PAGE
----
Need to find the optimal H.264 video bitrate?

I think a lot of people wonder how to find the optimal video bitrate for efficient encoding of H.264 video. There is no universal answer to this, because it all depends on the content of the video material. Luckily, the video encoding genius Robert Reinhardt has created a simple little Adobe AIR app called Bitrate Starter.


This handy little tool will get you started, but remember that you still have to do your own testing to find the optimal settings for the best possible quality/file size ratio. Video compression, especially for web, is all about testing.

A nice little tip is to do tests on short selections of the video that represents different kinds of content. Especially look for fast motion, dark areas, lots of detail, little detail etc. Try encoding several versions of the same short clip selections with different settings, compare them, and go with the settings of the one you like best 🙂

Be aware. If you choose a frame size where the height or width is not divisible by 16, 8 or 4 (calculated by modulo operation), you might end up with a 1px green border at either bottom or right side of your frame. I have seen this problem happen several times when using strange frame sizes. The reason for this is that DCT based MPEG compression consists of macroblocks that are 16×16 pixels (at least with MPEG-2 and MPEG-4). You simply help the encoder do the most efficient compression by choosing an optimal frame size. You can read about this and other geeky fun video theory in Charles Poynton’s book, Digital Video and HDTV.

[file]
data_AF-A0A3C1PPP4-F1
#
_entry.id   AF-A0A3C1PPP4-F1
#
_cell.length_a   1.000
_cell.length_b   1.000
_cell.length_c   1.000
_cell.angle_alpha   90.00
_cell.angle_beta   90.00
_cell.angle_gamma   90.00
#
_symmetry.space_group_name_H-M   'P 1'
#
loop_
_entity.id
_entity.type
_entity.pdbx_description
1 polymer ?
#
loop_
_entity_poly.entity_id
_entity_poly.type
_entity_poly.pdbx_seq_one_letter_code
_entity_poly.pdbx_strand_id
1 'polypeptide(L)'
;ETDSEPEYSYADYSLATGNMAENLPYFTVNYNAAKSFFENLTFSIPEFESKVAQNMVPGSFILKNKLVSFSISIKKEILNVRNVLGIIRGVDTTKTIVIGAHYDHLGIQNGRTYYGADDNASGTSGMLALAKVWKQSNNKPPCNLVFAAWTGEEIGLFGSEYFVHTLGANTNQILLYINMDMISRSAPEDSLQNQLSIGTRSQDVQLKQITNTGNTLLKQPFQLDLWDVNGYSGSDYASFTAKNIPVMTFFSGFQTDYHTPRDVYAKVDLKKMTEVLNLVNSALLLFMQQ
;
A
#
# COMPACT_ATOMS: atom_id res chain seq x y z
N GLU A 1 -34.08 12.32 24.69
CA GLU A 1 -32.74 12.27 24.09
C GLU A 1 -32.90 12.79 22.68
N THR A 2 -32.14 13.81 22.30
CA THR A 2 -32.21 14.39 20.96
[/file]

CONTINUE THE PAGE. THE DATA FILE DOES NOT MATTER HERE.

Here is a little excerpt from the book, talking about the “magic” number 16. Charles Poynton is actually the inventor of the number 1080 found in HDTV standards.

If the horizontal or vertical size is not divisible by 16, then the encoder pads the image with a suitable number of black “overhang” samples at the right edge or bottom edge. These samples are discarded upon decoding. For example when coding HDTV at 1920×1080, an encoder appends 8 rows of black pixels to the image array, to make the row count 1088.

If you look closely under width x height in the Bitrate Starter screenshot above, you will see something called grid quality. That is what this is all about. Divisible by 16 is obviously called best, 8 better and 4 good. Robert Reinhardt has actually written about this in two blog posts, which I would recommend doing a quick read-through of as well: Optimal Frame Dimensions for Flash Video and 16x frame size redux.

A few handy frame sizes I use a lot for 16×9 aspect ratio are:

  • 1280 x 720 (16)
  • 1024 x 576 (16)
  • 768 x 432 (16)
  • 640 x 360 (8)
  • 512 x 288 (16)

You can find and download Bitrate Starter from under Free Tools.

Good luck, and have fun encoding!

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